00:11:03.390 --> 00:11:12.630 Albert Dabah: When you were in college was there, did you did you find yourself, did you know that you wanted to go to MED school.
00:11:12.750 --> 00:11:13.380 annetteosher: Medical School.
00:11:13.530 --> 00:11:14.070 Albert Dabah: On your car.
00:11:14.490 --> 00:11:23.010 annetteosher: Oh yeah absolutely accept it was it was not a very welcoming in the school I happen to go to Syracuse university and.
00:11:23.400 --> 00:11:39.240 annetteosher: On the very first day that professor and one of the class one of the enormous classes said, you know look to your left and look to your right, and in those days, everybody wondering got go to Medical School and he said, you know, two out of three of you are not going to Medical School.
00:11:40.530 --> 00:11:43.080 annetteosher: yeah it was one of those kind of negative.
00:11:44.160 --> 00:11:58.920 annetteosher: But um yeah I mean it it didn't deter me but I had to get past college to go where I wanted, though I mean I was a very focused kind of had my eye on the bullseye from from from a very young age.
00:11:59.670 --> 00:12:03.000 Albert Dabah: So, once you became a doctor, how to start or did you.
00:12:04.470 --> 00:12:07.440 Albert Dabah: Work in a hospital when you first started or did you.
00:12:07.950 --> 00:12:10.560 Albert Dabah: have your own practice the land when did that come around.
00:12:11.760 --> 00:12:28.590 annetteosher: Well, it right and pretty much right away, so this is it goes, you know you're going to Medical School, then you have a residency, then you have a fellowship and and then I went into practice, right after my fellowship so that was in 85 so I built an office.
00:12:30.270 --> 00:12:39.480 annetteosher: Initially, on the West side I built a women's medical group, but it was a little too early for its time and then I subsequently came over to.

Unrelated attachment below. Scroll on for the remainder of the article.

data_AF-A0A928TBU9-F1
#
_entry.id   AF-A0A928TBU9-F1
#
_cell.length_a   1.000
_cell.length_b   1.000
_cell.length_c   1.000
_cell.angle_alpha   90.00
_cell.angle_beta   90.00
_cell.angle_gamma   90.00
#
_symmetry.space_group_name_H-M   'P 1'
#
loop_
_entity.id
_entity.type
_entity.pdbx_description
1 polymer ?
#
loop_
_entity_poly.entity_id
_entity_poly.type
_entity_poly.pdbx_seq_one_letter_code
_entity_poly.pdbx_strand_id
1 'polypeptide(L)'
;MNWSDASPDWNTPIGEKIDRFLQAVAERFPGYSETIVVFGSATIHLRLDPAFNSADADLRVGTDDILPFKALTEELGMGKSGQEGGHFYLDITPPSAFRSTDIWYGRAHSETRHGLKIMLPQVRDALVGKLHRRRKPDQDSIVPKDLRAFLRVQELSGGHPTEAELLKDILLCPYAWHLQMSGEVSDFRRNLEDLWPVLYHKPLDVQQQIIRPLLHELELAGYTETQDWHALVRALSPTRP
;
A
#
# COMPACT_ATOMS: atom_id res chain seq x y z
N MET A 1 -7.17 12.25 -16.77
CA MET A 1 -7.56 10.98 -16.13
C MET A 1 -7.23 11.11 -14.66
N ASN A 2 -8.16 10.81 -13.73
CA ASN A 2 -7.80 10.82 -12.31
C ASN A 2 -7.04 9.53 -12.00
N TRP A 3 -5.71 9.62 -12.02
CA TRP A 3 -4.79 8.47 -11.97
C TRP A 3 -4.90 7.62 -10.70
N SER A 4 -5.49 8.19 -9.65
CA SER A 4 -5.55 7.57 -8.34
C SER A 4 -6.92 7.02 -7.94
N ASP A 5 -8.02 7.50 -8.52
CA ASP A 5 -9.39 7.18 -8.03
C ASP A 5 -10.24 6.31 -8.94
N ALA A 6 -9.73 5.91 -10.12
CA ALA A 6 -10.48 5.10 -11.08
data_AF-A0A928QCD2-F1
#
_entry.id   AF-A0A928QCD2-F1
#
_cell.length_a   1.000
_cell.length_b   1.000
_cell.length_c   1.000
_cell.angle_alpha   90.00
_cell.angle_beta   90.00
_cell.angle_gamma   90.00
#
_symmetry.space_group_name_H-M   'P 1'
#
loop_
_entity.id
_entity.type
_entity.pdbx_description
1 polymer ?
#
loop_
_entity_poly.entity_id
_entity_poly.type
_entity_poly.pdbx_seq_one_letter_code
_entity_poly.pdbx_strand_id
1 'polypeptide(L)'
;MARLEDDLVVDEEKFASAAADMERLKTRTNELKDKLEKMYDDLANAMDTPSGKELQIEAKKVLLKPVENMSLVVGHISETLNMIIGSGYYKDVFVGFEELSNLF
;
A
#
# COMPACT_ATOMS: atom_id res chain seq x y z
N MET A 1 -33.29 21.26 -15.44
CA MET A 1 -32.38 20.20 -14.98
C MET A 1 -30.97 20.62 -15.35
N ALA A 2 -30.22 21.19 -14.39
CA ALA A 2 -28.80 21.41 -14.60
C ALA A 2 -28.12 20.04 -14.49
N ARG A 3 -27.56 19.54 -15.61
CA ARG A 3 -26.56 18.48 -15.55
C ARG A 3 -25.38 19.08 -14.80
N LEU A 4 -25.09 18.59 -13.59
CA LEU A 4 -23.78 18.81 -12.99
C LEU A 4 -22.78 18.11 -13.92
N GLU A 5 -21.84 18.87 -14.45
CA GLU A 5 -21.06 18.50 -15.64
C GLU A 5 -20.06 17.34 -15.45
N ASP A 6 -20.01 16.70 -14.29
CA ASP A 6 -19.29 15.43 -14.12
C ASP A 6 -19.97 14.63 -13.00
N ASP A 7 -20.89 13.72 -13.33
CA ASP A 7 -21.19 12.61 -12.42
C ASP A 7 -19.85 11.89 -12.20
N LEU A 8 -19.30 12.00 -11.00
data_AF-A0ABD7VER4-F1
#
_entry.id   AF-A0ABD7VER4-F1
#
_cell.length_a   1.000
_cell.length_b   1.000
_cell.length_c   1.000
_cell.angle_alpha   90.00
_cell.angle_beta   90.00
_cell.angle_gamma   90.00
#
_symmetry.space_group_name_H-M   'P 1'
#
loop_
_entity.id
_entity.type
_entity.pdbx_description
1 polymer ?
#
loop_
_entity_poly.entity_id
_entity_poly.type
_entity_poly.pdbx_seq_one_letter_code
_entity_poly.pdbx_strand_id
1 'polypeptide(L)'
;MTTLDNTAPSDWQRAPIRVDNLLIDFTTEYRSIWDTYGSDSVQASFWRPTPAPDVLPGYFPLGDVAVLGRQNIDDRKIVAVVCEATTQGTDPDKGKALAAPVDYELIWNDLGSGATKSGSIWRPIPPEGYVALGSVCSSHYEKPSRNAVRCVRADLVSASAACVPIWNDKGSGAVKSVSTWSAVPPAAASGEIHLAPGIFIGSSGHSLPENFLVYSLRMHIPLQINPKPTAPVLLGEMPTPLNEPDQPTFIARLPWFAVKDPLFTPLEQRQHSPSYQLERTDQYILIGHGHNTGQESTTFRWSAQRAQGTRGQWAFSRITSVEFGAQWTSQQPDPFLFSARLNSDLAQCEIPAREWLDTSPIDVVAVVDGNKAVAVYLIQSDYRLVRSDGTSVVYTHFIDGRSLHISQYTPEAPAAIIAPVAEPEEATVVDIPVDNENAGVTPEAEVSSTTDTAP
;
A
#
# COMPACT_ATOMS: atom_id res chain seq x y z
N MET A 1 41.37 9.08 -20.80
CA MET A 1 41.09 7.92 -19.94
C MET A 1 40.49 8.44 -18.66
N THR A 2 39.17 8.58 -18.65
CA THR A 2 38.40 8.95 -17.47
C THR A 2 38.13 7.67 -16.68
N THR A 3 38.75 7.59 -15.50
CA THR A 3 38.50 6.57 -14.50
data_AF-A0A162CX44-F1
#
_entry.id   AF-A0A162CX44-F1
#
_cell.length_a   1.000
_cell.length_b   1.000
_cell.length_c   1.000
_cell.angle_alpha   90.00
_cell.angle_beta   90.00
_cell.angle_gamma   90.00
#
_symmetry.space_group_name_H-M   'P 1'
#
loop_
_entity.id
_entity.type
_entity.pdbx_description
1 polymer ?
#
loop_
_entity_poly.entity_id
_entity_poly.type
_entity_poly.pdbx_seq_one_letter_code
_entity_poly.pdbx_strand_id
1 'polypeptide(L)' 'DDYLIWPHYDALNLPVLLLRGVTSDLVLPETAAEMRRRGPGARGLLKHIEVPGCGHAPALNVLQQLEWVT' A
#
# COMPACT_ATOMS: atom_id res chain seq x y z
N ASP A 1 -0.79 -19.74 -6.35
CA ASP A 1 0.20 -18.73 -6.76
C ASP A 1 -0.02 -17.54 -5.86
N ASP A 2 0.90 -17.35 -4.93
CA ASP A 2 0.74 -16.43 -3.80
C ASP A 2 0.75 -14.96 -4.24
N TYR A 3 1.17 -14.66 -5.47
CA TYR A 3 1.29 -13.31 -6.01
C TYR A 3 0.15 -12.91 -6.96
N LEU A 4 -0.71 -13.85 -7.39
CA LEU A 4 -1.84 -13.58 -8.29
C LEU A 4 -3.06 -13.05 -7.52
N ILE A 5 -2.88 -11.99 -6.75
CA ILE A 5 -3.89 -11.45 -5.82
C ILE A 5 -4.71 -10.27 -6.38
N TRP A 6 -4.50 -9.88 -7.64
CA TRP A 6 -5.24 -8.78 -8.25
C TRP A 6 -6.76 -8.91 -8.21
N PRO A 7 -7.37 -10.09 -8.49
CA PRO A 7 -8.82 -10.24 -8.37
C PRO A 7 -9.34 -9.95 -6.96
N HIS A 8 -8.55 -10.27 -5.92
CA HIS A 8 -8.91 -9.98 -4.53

00:12:40.590 --> 00:12:55.380 annetteosher: To the East side, where people really want their doctors to be and became affiliated with mount Sinai and loved loved all those associations and built my practice on the on the side.
00:12:57.750 --> 00:13:11.460 Albert Dabah: So you talked about in the very beginning, you mentioned concierge medicine and until I read about you a recently I never heard of that can you let people know what that is.
00:13:12.420 --> 00:13:26.550 annetteosher: Well, you know in in my mind, and the way I have it, the way it works for me and my patients it's really a better relationship it's about a more enhanced and a very close relationship with my patients, so that.
00:13:28.380 --> 00:13:34.110 annetteosher: They are very close to me they can call me anytime day or night.
00:13:37.530 --> 00:13:38.070 Albert Dabah: With her.
00:13:39.570 --> 00:13:42.780 annetteosher: My dog is digging a huddle in the living room right now.
00:13:42.840 --> 00:13:43.680 Albert Dabah: Oh okay.
00:13:44.970 --> 00:13:46.590 Albert Dabah: Well, dogs been some attention.
00:13:47.970 --> 00:13:50.280 annetteosher: Exactly and.
00:13:53.250 --> 00:13:55.410 annetteosher: What I was saying, oh yeah so so.
00:13:57.060 --> 00:13:58.350 annetteosher: So my patients.
00:13:59.400 --> 00:14:09.810 annetteosher: it's they are able to call me or contact me anytime of day or night, they have my cell number, and they can come in on the same day if they need to.
00:14:10.140 --> 00:14:19.470 annetteosher: So it's really it's kind of like the old time doctor who sees the patient as often as much as possible there's no time limit there's no rush.
00:14:19.770 --> 00:14:32.850 annetteosher: I literally see one patient at a time so it's very it's very discreet it's very private there's no rush I did I spend as much time as they need, and if they if they.
00:14:33.900 --> 00:14:53.520 annetteosher: ends up that they share quite quite a lot with me and I do a lot for them, and our relationship gets very close and any labs that are done, I mean I find them I go after them, I coordinate with all the doctors who take care of them i'm kind of the the the.
00:14:55.440 --> 00:15:09.870 annetteosher: The Center of the wheel of of all the spokes so it's really it's beneficial for them and it's expedient for their workup and it's it's just very help it's just it just excellent it's much better care.
00:15:11.190 --> 00:15:27.810 annetteosher: I know them and they don't get lost they if they call it three o'clock we're not closed, you know we're just we're we're we're there for them where my office is there is there for them and can provide whatever they need.
00:15:29.250 --> 00:15:30.030 Albert Dabah: Well, so.
00:15:32.160 --> 00:15:43.800 annetteosher: they're very happy they really they really feel good they feel cared for, they are cared for and they really.